Spotted! Sport Chek launches retail lab
FGL Sports CMO Duncan Fulton tells MiC about the new store, and the brand's plans to innovate in the mobile space.
Sport Chek has opened the doors on its first digital-focused retail lab located just north of Yonge and Eglinton in Toronto.
The 12,000 square foot store features 140 digital screens, which are built into the walls like tiles and custom built into tables. All screens in the store are touch- and NFC-enabled, so Sport Chek retailers like Adidas, Nike and Oakley can plan interactive executions as pickup of the technology continues on mobile devices in Canada.
Built with Sport Chek’s AOR Sid Lee, Duncan Fulton, senior VP of communications and corporate affairs, Canadian Tire Corporation and CMO, FGL Sports, tells MiC the store will act as a testing ground for new technology, introducing new interactive elements every six to eight months. The ones that stick will then be rolled out on a larger scale into Sport Chek’s flagship stores, which are slated to start opening across the country later this year.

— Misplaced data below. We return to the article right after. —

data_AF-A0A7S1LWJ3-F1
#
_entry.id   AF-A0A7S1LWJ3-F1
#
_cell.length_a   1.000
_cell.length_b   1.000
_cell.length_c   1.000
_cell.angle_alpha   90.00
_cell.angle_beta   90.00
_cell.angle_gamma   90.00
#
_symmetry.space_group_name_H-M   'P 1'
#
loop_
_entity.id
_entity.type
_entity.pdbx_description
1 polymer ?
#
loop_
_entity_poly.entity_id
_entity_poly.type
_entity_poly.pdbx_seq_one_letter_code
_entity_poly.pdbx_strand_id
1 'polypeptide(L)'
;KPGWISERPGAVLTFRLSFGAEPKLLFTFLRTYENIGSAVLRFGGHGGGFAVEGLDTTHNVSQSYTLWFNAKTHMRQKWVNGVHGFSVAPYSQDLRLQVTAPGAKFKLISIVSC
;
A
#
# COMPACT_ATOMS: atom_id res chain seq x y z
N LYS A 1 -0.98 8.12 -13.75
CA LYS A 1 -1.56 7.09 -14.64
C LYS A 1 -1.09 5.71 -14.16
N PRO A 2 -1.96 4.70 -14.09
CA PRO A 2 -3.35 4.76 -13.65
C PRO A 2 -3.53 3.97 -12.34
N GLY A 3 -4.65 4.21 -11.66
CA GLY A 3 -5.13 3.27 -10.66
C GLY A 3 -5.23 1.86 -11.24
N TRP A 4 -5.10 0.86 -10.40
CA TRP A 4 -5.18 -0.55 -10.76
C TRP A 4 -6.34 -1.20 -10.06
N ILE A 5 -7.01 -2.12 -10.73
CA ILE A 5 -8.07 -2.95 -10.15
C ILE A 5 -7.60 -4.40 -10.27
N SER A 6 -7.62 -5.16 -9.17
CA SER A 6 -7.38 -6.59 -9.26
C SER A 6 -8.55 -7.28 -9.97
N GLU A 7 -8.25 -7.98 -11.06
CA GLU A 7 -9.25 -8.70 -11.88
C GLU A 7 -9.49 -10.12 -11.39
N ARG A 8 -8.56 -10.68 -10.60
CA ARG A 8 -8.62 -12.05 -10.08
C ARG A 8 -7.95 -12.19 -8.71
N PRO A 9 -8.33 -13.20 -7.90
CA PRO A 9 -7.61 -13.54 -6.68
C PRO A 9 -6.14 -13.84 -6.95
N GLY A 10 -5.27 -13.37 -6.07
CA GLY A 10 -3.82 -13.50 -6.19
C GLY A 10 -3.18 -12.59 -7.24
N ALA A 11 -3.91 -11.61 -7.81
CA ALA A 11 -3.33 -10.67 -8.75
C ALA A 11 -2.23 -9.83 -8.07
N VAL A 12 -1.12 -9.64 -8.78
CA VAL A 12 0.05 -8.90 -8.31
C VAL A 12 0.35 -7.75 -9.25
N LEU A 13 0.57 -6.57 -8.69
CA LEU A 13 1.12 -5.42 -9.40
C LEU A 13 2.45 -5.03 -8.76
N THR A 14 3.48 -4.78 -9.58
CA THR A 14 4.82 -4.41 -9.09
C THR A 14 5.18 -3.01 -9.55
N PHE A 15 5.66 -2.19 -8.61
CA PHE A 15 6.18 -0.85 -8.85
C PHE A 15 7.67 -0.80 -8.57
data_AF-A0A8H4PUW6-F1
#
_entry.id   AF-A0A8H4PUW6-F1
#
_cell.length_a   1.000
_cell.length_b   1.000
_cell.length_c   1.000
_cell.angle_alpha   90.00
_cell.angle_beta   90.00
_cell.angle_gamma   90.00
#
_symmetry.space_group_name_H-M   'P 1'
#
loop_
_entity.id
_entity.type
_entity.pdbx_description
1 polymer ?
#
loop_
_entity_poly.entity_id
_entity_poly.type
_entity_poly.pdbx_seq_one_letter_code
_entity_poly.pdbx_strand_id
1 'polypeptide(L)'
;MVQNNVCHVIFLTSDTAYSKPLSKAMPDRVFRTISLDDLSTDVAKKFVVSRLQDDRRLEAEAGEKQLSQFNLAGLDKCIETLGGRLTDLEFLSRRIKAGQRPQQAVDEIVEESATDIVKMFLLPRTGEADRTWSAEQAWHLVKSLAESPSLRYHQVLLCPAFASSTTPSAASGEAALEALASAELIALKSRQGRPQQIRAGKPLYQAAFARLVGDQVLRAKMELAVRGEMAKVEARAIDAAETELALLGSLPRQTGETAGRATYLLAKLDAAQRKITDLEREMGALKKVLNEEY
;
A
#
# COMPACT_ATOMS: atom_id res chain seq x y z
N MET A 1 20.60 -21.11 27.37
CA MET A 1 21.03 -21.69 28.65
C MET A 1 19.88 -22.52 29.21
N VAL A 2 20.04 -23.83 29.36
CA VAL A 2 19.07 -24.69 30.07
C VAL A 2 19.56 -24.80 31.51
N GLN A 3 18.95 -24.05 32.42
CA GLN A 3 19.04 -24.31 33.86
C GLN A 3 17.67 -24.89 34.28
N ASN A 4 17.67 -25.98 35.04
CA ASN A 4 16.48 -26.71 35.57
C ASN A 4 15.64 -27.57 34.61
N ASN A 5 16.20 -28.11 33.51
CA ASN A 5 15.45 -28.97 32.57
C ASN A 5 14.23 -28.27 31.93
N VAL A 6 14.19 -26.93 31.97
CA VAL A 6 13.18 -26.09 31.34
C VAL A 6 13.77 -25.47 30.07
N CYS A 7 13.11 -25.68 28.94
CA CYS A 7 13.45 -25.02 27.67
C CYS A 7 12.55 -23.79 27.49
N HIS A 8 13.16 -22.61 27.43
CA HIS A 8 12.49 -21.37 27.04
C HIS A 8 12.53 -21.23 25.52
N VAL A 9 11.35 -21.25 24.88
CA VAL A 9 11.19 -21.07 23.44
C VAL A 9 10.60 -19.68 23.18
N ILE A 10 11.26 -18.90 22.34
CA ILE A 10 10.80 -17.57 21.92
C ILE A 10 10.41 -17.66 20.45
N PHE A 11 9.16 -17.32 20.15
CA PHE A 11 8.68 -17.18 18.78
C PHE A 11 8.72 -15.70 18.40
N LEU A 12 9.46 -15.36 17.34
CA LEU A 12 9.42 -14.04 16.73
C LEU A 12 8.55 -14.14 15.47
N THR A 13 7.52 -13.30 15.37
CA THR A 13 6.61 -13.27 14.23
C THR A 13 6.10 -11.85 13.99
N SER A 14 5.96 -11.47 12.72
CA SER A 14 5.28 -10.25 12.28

“The target audience for Sport Chek in general is achievers and this is intended to be an ultimate expression of that brand and what they are interested in,” Vito Piazza, VP and managing partner, Sid Lee Toronto, tells MiC. “They have a certain relationship with sports and physical activity in terms of what it means for them and how it impacts their lives.”
Preliminary advertising for the new lab will be kept to local print ads, says Fulton, with plans for a larger digital and NFC-focused campaign in the spring for the location’s hard launch.
Fulton says the lab, which they have been working to build for the past nine months, is the first time he has seen an idea go from the preliminary brainstorm to execution without having to compromise or downscale.
Pushing its digital strategy further, and to continue to find new ways to reach the 80% of Sport Chek’s audience who are under the age of 45, Fulton says he plans to upgrade the company’s digital and mobile offerings in the near future, noting ideas like a pizza delivery-style truck that could bring new sticks to hockey arenas when consumers put the call out that theirs broke during practice through an app.
“If a pizza delivery company can get their product to customers in under an hour, why can’t we do the same?” he says.